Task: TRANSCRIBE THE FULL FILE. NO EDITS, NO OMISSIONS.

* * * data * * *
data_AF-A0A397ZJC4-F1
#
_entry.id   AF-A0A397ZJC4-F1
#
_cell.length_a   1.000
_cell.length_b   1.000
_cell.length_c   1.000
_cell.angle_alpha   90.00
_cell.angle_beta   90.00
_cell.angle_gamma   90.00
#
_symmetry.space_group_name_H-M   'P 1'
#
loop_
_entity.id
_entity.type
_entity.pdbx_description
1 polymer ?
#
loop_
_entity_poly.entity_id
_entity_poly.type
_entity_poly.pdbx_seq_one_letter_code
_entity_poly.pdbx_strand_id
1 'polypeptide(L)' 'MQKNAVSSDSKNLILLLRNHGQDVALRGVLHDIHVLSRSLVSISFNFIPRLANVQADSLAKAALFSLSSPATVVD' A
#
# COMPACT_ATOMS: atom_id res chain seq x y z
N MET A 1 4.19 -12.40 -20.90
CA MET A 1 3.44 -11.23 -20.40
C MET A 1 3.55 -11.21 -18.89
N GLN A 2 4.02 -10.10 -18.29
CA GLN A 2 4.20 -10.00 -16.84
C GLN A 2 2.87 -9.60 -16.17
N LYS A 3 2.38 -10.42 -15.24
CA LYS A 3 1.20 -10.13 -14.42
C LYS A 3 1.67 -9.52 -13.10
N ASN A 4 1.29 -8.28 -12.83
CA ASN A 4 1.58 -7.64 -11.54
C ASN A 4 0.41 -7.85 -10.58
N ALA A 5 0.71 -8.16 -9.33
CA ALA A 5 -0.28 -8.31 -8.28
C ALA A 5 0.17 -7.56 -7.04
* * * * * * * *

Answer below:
data_AF-A0A397ZJC4-F1
#
_entry.id   AF-A0A397ZJC4-F1
#
_cell.length_a   1.000
_cell.length_b   1.000
_cell.length_c   1.000
_cell.angle_alpha   90.00
_cell.angle_beta   90.00
_cell.angle_gamma   90.00
#
_symmetry.space_group_name_H-M   'P 1'
#
loop_
_entity.id
_entity.type
_entity.pdbx_description
1 polymer ?
#
loop_
_entity_poly.entity_id
_entity_poly.type
_entity_poly.pdbx_seq_one_letter_code
_entity_poly.pdbx_strand_id
1 'polypeptide(L)' 'MQKNAVSSDSKNLILLLRNHGQDVALRGVLHDIHVLSRSLVSISFNFIPRLANVQADSLAKAALFSLSSPATVVD' A
#
# COMPACT_ATOMS: atom_id res chain seq x y z
N MET A 1 4.19 -12.40 -20.90
CA MET A 1 3.44 -11.23 -20.40
C MET A 1 3.55 -11.21 -18.89
N GLN A 2 4.02 -10.10 -18.29
CA GLN A 2 4.20 -10.00 -16.84
C GLN A 2 2.87 -9.60 -16.17
N LYS A 3 2.38 -10.42 -15.24
CA LYS A 3 1.20 -10.13 -14.42
C LYS A 3 1.67 -9.52 -13.10
N ASN A 4 1.29 -8.28 -12.83
CA ASN A 4 1.58 -7.64 -11.54
C ASN A 4 0.41 -7.85 -10.58
N ALA A 5 0.71 -8.16 -9.33
CA ALA A 5 -0.28 -8.31 -8.28
C ALA A 5 0.17 -7.56 -7.04